History Prizes 2003

2003PrixWaresquielFIRST EMPIRE PRIZE

Emmanuel de WARESQUIEL, Talleyrand, le prince immobile, Paris, Fayard
Using many previously unpublished sources, Emmanuel de Waresquiel here gives a careful view of Talleyrand, stripping away the ‘black legend’, but not denying that politician’s skill at manipulation. Talleyrand was a man born into the Ancien Régime, and it was here that he learnt his life’s most important lesson, namely the art of appearing in society (whilst at the same time developing a taste for secrecy and game playing). He was pugnaciously tenacious in his political and economic beliefs, whilst remaining pliant enough to be able to bend his action, rather than his ideas, to events.

Sumptuously illustrated, this is THE biography of Talleyrand, and the benchmark for all those to come.

Previously of the Ecole Normale Supérieure, doctor in history, researcher at the École Pratique des Hautes Etudes, Emmanuel de Waresquiel is the author of the biography Duc de Richelieu, un sentimental en politique (Perrin, 1991) and of Histoire de la Restauration (in collaboration with Benoît Yvert; Perrin, 1996). He was also editor of the following publications: Dictionnaire des politiques culturelles en France depuis 1959 – Une exception française (Larousse, 2001), with Sophie de Sivry: Mémoires du monde – Cinq siècles d’histoires inédites et secrètes au Quai d’Orsay (Ed. de l’Iconoclaste, 2001), and Un siècle rebelle. Dictionnaire de la contestation au XXe siècle (Larousse, 1999)


2003PrixStoskopfBanquiersSECOND EMPIRE PRIZE

Nicolas STOSKOPF (ed.), Banquiers et Financiers parisiens, Paris, Éditions Picard
This biography of about one hundred entrepreneurs who, for the most part, worked during the Second Empire in the zone between Rue de la Chaussée-d’Antin and Rue du Faubourg-Poisonnières, plunges the reader into the heart of French 19th-century capitalism. It moves from beginnings during the Restoration, with the initial successes of James de Rothschild in Paris, to the foundation of the Caisse d’épargne and the insurance companies, state loans issued by a powerful bank in the making, continuing up to the bank crashes of the 1880s, which sealed the fate of the multi-function bank in France. The book also discusses the construction of the railways in France, the revolution in banking, the transformation of the urban landscape, the investments in mining and steel-making, and international trade, ranging wide in its geographical spread as far as the US, Russia, the Maghreb, Egypt, and Ottoman Turkey.

Edited by Nicolas Stoskopf, this study is the seventh volume in the collection entitled Les patrons du Second Empire (general editor Dominique Barjot) and the first in a series dedicated to Parisian entrepreneurs. It forms part of the vast programme of research launched by the Institut d’Histoire Moderne et Contemporaine (IHMC) of the CNRS.



Lisa et Joachim ZEITZ, Napoleons Medaillen, Michael Imhof Verlag
“The art of the medal is perhaps the most monumental of all the arts”… wrote Vivant Denon to Napoleon in November 1810.

Napoleon was very fond of medals and early on recognized their power to spread a message, and he was to make them a central pillar of his public relations campaign, immortalising his successes with a whole series of them.

In 1815, just before the end of Napoleon’s reign, Vivant Denon, director of the Musée Napoléon and of the medal mint, published a collection of 141 medals constituting the Emperor’s “histoire métallique.” This “history in metal” documents and glorifies not only Napoleon’s military career – from Italy to Hamburg, from Egypt to Madrid -, but also his civil accomplishments, ranging from the introduction of public vaccination to the building of transalpine roads. The best artists of the time were employed to create symbolic images for the medals. So as to enable collectors of napoleonica from far and near to order the medals Denon also published lists of them – arranged in chronological order of the event commemorated, with the title, size and metal of the pieces. One such extant list (a facsimile of which is given in the book) shows how a certain Mr. Palmer from London purchased an entire set in bronze as early as 16 August, 1815. This set, with its original custom made leather casing with eight drawers, subsequently found its way into the collection of Dr. Lothar Hardt, and it was using this collection that the expert coin photographer, Manfred Czastka, provided the excellent colour images for the book, which show the medals not only in their original size but also in threefold enlargement.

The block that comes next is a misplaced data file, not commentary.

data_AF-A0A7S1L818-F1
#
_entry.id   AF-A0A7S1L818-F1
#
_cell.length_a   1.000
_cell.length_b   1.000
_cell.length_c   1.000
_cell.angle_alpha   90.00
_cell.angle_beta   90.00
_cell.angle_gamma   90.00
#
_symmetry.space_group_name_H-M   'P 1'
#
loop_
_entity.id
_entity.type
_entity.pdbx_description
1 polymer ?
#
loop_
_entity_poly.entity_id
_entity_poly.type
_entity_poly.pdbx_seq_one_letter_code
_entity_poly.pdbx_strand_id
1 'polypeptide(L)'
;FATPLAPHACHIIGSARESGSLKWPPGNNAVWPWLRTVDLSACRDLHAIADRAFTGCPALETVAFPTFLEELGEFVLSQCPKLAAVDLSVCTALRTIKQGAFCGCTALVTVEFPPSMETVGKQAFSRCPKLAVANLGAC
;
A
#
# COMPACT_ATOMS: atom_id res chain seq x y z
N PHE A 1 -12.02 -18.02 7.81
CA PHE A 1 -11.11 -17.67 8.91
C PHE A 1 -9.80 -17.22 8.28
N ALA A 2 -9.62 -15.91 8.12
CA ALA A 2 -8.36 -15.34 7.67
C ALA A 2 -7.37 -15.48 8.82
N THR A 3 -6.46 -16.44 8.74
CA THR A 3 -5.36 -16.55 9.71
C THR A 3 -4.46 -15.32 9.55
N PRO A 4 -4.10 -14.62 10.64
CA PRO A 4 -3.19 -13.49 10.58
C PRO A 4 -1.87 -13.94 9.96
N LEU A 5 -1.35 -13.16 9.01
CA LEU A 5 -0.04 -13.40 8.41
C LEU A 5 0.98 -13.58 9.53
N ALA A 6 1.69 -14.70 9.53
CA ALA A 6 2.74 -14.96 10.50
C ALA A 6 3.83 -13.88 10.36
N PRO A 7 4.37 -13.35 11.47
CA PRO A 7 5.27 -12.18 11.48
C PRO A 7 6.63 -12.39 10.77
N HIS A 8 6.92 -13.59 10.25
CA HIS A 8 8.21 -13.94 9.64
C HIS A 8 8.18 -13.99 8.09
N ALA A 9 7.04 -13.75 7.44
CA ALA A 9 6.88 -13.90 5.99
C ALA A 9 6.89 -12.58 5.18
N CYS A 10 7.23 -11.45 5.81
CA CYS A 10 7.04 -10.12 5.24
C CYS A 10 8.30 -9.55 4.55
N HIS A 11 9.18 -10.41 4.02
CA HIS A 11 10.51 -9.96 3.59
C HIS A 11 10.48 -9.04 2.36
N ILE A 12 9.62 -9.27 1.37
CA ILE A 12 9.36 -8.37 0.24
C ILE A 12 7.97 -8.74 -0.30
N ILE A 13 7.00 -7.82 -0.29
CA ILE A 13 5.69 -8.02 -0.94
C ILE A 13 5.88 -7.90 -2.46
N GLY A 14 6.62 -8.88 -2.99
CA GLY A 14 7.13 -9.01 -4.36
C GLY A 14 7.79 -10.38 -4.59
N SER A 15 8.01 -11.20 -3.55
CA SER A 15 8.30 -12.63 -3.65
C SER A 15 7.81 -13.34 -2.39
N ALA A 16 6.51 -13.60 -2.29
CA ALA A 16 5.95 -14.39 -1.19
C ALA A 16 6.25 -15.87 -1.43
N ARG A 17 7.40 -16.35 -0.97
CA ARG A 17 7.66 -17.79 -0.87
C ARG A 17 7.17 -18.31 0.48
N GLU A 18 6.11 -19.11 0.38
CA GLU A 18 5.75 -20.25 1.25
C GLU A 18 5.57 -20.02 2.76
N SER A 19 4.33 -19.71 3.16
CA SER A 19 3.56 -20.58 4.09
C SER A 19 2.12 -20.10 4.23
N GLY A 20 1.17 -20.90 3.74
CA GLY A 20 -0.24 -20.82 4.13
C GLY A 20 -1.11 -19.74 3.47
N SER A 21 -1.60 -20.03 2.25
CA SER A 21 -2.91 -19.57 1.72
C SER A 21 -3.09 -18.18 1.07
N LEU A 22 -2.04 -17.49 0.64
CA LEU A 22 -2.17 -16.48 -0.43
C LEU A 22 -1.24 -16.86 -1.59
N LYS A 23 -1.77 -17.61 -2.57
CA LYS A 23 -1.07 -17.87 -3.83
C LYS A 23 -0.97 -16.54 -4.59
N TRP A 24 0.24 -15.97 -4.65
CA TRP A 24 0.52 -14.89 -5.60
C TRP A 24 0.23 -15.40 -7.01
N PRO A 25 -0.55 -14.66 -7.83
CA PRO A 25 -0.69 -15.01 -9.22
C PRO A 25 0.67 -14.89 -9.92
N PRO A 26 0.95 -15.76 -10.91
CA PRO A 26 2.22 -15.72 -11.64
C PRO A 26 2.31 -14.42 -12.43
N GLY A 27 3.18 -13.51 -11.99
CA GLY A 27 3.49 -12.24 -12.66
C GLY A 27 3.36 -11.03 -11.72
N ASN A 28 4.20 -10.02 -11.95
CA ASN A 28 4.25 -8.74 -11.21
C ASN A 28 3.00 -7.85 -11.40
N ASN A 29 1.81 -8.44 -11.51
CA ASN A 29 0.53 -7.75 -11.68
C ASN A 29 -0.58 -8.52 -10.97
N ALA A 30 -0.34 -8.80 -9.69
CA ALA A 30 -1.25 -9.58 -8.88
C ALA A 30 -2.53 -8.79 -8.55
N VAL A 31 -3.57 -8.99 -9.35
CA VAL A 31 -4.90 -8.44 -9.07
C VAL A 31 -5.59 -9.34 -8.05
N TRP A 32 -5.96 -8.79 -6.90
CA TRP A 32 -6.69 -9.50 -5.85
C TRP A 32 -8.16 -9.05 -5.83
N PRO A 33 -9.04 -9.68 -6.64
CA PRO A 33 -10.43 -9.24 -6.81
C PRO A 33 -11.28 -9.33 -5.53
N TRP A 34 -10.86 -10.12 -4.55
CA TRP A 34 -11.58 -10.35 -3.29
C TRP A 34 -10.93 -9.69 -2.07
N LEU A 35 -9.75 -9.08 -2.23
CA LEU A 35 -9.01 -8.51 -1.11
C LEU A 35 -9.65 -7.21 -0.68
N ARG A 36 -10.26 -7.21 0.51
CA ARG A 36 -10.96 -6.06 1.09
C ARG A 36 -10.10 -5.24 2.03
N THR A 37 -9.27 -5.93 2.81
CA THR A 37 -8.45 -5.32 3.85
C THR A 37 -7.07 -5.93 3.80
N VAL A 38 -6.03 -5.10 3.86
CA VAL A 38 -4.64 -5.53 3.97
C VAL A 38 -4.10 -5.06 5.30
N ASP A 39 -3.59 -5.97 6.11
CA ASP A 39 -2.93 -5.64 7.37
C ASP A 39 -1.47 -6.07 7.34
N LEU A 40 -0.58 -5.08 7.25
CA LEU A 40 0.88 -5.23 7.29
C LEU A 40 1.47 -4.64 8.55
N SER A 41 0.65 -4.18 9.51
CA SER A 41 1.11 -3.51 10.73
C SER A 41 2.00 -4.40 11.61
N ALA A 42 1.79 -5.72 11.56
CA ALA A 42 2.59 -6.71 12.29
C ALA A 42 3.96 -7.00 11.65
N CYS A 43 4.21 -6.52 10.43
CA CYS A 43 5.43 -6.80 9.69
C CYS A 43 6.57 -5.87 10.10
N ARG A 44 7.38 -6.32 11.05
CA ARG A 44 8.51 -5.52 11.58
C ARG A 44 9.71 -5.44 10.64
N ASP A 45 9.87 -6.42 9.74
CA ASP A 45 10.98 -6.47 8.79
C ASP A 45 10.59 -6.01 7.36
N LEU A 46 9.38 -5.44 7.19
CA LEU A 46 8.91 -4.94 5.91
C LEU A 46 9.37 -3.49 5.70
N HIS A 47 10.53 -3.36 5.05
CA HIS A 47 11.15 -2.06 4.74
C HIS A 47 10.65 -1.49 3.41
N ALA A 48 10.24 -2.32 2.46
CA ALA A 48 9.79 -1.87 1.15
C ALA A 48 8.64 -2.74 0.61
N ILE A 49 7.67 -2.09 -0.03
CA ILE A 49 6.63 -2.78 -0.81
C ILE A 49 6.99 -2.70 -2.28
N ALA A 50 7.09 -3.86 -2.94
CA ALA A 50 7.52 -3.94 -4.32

As Vivant Denon continued in his above-cited letter “Only medals bear witness to glory throughout the centuries.” As if in confirmation of this, it is remarkable to note that the Paris medal mint, housed on the bank of the Seine, is still striking Napoleon’s medals today.

The book was researched and written by a father/daughter team: Dr. Lisa Zeitz is an art correspondent for the Frankfurter Allgemeine Zeitung in New York. Dr. Joachim Zeitz is an orthopaedic doctor in Bad Homburg and author of two books on medals from his native region, the former Grand Duchy of Baden.



Antoines DE CAUNES, Monsieur N.
1815. After the Hundred Days and his brief return to power, Napoleon, defeated, asked the British for asylum. But they treated him as a prisoner of war and sent him to Saint Helena, in the company of a group of followers, some faithful, others cynical. How could Napoleon, the man of all battles, the genius of military and political strategy, bear to accept this imprisonment on the high seas? What system of defence – or rather attack – would he adopt to escape the grasp of his jailers?
On Saint Helena, on an unreachable island chosen by his enemies, Napoleon fought a mysterious battle, his last and most important. The battle that history had never told…